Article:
G. Mohana Charyulu

“SOCIAL REALISM – A STUDY ON ASIF CURRIMBHOY’S “THE HUNGRY ONES”

May-Jul,2016, Vol - 3/24, Page - 2180/2182

 

India has the richest tradition in drama. Right from the Vedic Aryan period down to Post Modern Multi Cultural society, Indian Drama is credited with different episodes with different outlooks by the dramatists.  Most of the themes describes the different situations relating to good and bad in different ; Crime and Punishment; Sin and Redemption and so on. It was Rabindranath Tagore and a host of others in the modern age of Indian Drama created the impression of drama in a new perspective.   The Plays of Asif Currimbhoy throws light on the sensing conflicts everywhere. The conflict is sometimes internal like physical, mental, and emotional because of human relations that we maintain in society at the same time, conflict in theatre among the characters, situations, scenes and surprisingly among the audience. He invents human quandary through social, moral, religious and political concerns in his plays. His plays stand for universal revolt and anguish.  This paper titled: “ Hungry and Poverty in the streets of Culcutta – A Study on Currimbhoy’s “The Hungry Ones” makes an attempt to throw light on the human plight handled by the playwright where he looks at the things while others fail to see.

Key words: Drama – India- Post Modern multicultural society- conflict- poverty- Hungry.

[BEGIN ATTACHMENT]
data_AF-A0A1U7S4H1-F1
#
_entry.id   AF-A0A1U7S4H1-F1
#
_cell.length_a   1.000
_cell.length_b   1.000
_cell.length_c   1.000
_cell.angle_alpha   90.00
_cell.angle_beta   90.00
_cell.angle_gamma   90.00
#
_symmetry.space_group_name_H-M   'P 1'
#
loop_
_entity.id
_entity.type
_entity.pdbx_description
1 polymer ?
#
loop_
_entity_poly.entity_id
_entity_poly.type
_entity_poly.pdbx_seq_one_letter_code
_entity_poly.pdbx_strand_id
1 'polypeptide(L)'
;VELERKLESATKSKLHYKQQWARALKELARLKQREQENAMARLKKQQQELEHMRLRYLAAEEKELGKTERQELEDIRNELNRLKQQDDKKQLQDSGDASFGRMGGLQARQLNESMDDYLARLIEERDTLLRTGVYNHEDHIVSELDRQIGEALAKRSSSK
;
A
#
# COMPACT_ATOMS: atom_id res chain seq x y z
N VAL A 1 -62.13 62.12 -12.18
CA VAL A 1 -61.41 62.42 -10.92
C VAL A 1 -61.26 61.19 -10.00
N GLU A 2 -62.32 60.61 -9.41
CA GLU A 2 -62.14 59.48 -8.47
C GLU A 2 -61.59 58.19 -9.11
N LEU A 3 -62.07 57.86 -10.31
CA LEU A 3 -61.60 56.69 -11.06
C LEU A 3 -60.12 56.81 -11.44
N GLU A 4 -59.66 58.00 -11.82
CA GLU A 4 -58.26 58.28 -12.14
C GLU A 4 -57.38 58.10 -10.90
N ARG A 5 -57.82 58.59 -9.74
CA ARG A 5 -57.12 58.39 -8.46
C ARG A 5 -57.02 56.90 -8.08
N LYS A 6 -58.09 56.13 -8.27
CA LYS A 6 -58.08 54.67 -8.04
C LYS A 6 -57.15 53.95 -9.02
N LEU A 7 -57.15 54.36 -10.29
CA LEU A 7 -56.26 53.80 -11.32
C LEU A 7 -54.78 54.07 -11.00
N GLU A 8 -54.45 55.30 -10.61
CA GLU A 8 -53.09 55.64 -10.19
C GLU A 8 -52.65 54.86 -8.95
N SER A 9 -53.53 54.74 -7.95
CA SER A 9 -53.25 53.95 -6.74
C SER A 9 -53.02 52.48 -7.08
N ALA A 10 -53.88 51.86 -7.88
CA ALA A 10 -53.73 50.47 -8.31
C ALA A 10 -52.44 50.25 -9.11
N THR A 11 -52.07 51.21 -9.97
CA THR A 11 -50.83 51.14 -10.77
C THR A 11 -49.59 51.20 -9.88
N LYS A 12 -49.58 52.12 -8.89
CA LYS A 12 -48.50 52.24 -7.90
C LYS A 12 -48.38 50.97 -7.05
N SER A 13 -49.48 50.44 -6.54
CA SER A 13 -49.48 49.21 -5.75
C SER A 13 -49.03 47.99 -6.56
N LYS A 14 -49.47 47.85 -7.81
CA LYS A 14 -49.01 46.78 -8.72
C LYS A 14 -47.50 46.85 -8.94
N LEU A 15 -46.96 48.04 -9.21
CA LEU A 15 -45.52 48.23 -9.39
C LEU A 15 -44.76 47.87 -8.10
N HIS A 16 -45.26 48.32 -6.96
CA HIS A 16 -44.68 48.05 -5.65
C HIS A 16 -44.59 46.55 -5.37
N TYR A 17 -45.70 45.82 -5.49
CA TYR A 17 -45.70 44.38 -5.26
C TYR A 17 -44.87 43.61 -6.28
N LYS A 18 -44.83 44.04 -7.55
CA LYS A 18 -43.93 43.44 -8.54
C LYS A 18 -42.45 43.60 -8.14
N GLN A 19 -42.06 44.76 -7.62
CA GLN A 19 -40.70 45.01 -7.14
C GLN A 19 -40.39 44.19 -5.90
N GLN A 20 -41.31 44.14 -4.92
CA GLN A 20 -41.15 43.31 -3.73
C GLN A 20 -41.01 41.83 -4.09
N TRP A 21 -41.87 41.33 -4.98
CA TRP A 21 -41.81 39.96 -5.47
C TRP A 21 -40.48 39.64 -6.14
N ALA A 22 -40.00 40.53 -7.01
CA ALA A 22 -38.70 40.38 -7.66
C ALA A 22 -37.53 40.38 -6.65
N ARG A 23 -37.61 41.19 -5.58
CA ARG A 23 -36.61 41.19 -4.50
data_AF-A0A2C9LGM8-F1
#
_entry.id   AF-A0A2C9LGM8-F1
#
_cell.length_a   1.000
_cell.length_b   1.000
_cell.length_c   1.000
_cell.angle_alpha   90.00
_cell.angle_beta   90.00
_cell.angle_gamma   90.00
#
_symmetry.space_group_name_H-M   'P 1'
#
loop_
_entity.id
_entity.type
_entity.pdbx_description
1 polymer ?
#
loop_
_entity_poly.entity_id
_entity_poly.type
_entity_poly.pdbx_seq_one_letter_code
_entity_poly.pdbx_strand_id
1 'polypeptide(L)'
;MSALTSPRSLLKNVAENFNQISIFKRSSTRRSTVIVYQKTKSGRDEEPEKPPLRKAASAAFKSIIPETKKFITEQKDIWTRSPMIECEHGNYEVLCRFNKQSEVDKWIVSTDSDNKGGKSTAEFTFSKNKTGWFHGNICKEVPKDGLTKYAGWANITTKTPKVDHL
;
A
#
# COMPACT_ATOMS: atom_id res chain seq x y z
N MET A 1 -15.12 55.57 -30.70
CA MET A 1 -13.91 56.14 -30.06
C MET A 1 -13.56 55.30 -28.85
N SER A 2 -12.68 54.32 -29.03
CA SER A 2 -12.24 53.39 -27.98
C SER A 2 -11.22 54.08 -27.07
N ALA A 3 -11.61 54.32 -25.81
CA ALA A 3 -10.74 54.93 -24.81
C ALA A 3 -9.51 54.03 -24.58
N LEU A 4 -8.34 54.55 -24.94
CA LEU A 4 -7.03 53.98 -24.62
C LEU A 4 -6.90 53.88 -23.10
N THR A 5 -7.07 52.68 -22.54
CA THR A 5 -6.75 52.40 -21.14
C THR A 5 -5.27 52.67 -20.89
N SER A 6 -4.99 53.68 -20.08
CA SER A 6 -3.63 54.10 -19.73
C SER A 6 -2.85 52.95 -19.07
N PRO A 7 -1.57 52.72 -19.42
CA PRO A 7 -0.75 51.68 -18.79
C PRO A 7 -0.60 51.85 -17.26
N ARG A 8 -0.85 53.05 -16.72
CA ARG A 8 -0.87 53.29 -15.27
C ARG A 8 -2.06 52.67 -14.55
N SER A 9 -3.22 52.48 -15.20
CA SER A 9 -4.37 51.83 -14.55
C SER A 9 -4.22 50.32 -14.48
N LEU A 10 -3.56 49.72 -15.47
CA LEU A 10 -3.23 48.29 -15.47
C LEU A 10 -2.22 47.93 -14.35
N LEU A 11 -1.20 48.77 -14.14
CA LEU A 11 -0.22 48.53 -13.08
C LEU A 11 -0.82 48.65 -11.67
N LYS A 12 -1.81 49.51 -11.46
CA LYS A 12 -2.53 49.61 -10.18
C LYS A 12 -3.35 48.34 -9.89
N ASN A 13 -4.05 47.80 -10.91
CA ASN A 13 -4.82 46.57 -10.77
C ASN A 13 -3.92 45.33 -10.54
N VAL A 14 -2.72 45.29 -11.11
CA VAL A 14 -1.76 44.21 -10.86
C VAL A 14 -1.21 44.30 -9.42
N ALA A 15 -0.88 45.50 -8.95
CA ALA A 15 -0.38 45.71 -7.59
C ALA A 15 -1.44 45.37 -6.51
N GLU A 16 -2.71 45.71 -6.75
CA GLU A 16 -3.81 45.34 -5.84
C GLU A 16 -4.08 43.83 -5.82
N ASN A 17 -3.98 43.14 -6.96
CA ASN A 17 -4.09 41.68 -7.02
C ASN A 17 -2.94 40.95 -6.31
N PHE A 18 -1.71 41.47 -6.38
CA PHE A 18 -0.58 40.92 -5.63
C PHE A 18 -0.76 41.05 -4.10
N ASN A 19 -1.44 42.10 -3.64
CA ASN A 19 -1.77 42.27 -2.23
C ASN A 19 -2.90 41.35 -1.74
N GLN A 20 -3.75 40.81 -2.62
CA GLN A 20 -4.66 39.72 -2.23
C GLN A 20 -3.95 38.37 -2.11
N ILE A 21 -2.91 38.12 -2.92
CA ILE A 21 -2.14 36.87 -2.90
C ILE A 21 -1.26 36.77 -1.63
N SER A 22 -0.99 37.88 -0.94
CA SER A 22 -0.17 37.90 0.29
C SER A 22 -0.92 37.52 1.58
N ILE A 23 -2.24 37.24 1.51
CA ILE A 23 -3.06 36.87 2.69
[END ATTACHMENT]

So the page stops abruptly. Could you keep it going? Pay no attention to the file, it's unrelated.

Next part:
Currimbhoy, Asif. The Hungry Ones. Calcutta, Writers Workshop. 1965. Print. Reddy, P. Bapaya, The Plays of Asif Currimbhoy, Calcutta. Writers Workshop. 1985. Print.

Zhiwei Chen

THE NEW ANALYSIS OF THE SIMILARITIES AMONG LIFELONG EDUCATION, LIFELONG LEARNING AND THE LEARNING SOCIETY

May-Jul,2016, Vol - 3/24, Page - 2183/2189

Although there are differences among lifelong learning, lifelong education and learning society, it is also necessary to research on their similarities among them to clarify the basic relationship of them. From the historical and experiential point, they have the similar backgrounds. They are also aiming at creating beneficial social atmosphere, helping with the adaptability to the social matters and changes, demanding on the revolution and reformation of teaching and learning process and requiring the comprehensive knowledge and learning contents to be taught and learnt.


Keywords: lifelong learning; lifelong education; learning society